Impairments in reinforcement learning do not explain enhanced habit formation in cocaine use disorder.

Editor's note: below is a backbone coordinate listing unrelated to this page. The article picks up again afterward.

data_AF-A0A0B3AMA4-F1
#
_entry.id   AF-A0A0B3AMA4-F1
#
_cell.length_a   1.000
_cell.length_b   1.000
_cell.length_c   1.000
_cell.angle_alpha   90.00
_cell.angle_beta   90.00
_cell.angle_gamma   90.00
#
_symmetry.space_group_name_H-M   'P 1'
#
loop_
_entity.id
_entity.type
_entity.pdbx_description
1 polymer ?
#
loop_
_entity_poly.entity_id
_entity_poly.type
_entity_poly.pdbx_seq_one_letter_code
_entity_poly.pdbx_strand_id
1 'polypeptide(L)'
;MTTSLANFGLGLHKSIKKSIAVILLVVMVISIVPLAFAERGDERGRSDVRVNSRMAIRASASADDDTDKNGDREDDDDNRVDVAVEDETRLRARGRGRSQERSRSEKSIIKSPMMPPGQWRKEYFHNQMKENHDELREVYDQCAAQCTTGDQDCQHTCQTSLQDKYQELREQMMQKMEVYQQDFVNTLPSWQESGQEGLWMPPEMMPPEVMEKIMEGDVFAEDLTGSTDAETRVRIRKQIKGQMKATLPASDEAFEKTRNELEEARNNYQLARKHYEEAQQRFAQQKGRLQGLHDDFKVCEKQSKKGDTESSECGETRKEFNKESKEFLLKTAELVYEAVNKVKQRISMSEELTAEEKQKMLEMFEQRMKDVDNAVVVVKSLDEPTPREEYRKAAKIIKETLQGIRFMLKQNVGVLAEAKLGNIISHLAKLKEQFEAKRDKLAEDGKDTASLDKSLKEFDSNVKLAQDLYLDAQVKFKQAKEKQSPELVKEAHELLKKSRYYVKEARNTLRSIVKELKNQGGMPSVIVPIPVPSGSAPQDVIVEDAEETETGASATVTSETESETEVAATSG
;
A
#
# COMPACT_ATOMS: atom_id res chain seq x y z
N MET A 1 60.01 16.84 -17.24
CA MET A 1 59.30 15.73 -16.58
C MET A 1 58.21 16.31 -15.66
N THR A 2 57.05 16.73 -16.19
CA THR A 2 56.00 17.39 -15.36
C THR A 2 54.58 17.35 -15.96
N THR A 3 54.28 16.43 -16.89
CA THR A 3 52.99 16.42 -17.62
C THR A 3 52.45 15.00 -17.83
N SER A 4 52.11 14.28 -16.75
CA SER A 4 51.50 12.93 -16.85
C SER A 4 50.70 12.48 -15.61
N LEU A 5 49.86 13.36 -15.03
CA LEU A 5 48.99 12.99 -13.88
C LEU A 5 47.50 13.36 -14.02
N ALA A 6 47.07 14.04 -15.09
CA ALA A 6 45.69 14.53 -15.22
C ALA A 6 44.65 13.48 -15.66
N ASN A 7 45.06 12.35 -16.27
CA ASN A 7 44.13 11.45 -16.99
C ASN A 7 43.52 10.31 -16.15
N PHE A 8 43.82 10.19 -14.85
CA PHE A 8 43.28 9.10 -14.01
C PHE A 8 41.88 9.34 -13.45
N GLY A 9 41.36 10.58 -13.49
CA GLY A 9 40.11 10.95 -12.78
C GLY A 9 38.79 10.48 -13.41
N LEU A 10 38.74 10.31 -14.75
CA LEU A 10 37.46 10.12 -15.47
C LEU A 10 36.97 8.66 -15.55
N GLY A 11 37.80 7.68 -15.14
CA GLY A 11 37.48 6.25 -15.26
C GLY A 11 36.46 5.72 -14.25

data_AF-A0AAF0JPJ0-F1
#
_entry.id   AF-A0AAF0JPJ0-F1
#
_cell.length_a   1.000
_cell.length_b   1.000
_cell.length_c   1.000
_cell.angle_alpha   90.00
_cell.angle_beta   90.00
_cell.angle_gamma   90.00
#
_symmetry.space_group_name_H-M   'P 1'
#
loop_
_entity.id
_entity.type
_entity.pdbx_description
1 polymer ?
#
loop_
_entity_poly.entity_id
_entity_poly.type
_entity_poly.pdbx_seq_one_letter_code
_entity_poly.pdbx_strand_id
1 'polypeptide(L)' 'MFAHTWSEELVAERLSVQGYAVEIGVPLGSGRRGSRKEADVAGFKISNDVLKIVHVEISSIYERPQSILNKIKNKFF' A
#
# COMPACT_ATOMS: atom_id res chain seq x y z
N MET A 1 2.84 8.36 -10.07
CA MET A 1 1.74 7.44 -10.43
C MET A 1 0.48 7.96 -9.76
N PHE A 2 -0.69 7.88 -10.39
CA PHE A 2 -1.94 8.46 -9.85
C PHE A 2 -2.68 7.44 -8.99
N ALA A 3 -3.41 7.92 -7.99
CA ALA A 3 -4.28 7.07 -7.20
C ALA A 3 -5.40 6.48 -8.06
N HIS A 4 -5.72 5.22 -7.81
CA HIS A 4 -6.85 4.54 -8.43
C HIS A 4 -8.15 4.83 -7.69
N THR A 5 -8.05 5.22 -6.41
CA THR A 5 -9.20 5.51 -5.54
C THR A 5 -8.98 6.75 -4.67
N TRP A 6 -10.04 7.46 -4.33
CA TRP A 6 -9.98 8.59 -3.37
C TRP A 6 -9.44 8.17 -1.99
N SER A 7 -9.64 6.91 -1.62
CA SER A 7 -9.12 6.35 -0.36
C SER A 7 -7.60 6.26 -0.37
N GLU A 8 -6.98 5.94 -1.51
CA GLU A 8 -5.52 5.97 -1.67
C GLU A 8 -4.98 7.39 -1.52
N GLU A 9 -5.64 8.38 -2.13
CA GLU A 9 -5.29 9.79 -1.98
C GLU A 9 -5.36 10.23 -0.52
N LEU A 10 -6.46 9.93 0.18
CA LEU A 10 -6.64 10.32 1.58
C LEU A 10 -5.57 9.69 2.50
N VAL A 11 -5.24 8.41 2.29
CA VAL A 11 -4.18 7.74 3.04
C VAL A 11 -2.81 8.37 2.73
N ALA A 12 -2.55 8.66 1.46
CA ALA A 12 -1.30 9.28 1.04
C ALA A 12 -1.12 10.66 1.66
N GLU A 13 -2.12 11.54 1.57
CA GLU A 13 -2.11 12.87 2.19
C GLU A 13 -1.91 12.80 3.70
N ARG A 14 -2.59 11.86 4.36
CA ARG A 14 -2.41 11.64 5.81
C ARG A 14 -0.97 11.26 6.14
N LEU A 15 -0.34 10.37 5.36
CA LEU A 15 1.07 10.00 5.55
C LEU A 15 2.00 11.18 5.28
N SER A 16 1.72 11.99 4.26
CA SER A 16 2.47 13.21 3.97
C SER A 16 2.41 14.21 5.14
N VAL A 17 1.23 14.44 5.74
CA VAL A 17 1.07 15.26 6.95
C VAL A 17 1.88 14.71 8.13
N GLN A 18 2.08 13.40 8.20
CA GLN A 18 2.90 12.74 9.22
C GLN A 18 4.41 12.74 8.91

RATIONALE: Drug addiction has been suggested to develop through drug-induced changes in learning and memory processes. Whilst the initiation of drug use is typically goal-directed and hedonically motivated, over time, drug-taking may develop into a stimulus-driven habit, characterised by persistent use of the drug irrespective of the consequences. Converging lines of evidence suggest that stimulant drugs facilitate the transition of goal-directed into habitual drug-taking, but their contribution to goal-directed learning is less clear. Computational modelling may provide an elegant means for elucidating changes during instrumental learning that may explain enhanced habit formation. OBJECTIVES: We used formal reinforcement learning algorithms to deconstruct the process of appetitive instrumental learning and to explore potential associations between goal-directed and habitual actions in patients with cocaine use disorder (CUD). METHODS: We re-analysed appetitive instrumental learning data in 55 healthy control volunteers and 70 CUD patients by applying a reinforcement learning model within a hierarchical Bayesian framework. We used a regression model to determine the influence of learning parameters and variations in brain structure on subsequent habit formation. RESULTS: Poor instrumental learning performance in CUD patients was largely determined by difficulties with learning from feedback, as reflected by a significantly reduced learning rate. Subsequent formation of habitual response patterns was partly explained by group status and individual variation in reinforcement sensitivity. White matter integrity within goal-directed networks was only associated with performance parameters in controls but not in CUD patients. CONCLUSIONS: Our data indicate that impairments in reinforcement learning are insufficient to account for enhanced habitual responding in CUD.